The arrival of vaccines gave the world hope to finally get over this pandemic nightmare, but it looks like, the world has to wait. The emergence of new variants has undoubtedly reduced the efficacy and effectiveness of the vaccine against these new variants. But it still provides strong protection against illness and death secondary to COVID-19. The US vaccines like Pfizer-BioNTech and Moderna have shown to be respectively 95% to 94.1% effective against symptomatic COVID-19.
Both the vaccines, Pfizer and Moderna are mRNA vaccines. While the J&J is a modified adenovirus of SARS-CoV-2, where the immune response remains active 8 months after vaccination.
A new report from Israel’s Ministry of Health shows that the vaccine is 39 percent effective between June 20 and July 17, while remaining more than 90 percent effective at averting serious illness and hospitalization. The data shows that the vaccine is losing its power against the new delta variant, but there are some limitations of those findings, like small sample size and the fact that only the elderly population was vaccinated during the said period and not all the people. The New England Journal of Medicine presented its finding of the effectiveness of Covid-19 Vaccines against the Delta variant. The reported effectiveness against the alpha variant lies at an astonishing 93.7% while against the delta variant it is 88% effective in preventing symptomatic disease.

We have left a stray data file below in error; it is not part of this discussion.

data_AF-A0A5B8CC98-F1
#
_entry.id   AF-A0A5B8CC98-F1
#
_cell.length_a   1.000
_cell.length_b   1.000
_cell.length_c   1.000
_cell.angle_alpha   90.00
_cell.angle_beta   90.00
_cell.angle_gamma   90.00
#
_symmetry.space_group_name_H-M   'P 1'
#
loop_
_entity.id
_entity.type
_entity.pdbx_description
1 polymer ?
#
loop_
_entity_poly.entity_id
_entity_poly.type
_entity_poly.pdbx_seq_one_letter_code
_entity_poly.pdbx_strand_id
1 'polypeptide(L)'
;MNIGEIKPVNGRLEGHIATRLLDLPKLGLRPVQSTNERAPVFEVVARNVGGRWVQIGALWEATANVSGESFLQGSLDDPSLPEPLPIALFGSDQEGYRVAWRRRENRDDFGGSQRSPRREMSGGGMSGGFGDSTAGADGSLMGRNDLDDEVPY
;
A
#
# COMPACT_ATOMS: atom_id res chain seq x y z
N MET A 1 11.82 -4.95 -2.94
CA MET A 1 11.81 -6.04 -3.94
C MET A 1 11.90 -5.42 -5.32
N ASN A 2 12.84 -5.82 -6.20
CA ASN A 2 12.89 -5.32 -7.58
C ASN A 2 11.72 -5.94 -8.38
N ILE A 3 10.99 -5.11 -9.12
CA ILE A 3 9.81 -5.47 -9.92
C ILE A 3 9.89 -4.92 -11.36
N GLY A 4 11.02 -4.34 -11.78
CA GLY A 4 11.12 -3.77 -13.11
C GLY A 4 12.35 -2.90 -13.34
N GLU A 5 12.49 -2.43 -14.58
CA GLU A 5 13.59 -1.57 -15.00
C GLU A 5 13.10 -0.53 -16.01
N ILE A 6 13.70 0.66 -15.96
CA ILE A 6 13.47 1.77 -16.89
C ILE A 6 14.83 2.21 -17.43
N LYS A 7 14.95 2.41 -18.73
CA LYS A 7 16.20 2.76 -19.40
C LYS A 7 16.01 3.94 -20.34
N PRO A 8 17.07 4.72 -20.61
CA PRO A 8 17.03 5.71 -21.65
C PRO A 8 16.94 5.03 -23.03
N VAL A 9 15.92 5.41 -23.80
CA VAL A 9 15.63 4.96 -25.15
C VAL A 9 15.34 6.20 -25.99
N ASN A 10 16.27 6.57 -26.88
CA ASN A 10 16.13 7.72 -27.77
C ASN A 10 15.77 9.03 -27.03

The effectiveness of J&J is comparatively less than the US vaccines. Nathaniel Landau, a virologist at NYU’s Grossman School of Medicine, said in an interview, “The message that we wanted to give was not that people shouldn’t get the J&J vaccine, but we hope that in the future, it will be boosted with either another dose of J&J or a boost with Pfizer or Moderna.”
Now the main question that comes to mind is, “Do I need a booster?” The primary answer lies in the immunity status. Deborah Fuller, a vaccinologist of the University of Washington School of Medicine explains it as “With the tetanus vaccine we need to get boosters every few years because we have to keep the antibodies at a certain level to have that protection. We don’t know where that is yet with coronaviruses, whether or not we’re going to need a certain threshold of antibodies in our bodies to protect us.” But with the world getting rapidly vaccinated, scientists are hopeful “That we will not need [a booster] for the first year,” says Edward Jones-Lopez, an infectious disease specialist at Keck Medicine of USC. However, he acknowledges, “That may change over time as more data accumulate and more time passes.” He goes on to say, “For the immunosuppressed patients, it’s increasingly clear that they will need a booster.”
Regarding the ability of the virus to mutates, Fuller says, “The vaccines seem to be holding out against what we care about most, which is protection against severe disease and hospitalization. It’s just a matter of time to see whether a new variant emerges that knocks down the efficacy of vaccines.”
In short, if a large number of people remain unvaccinated, there will be a risk of not only survive in Covid-19, but also of the emergence of new variants.
COVID, COVID variants, COVID-19, Delta, Variants of Concern, vaccination, booster dose, booster, Pfizer, Moderna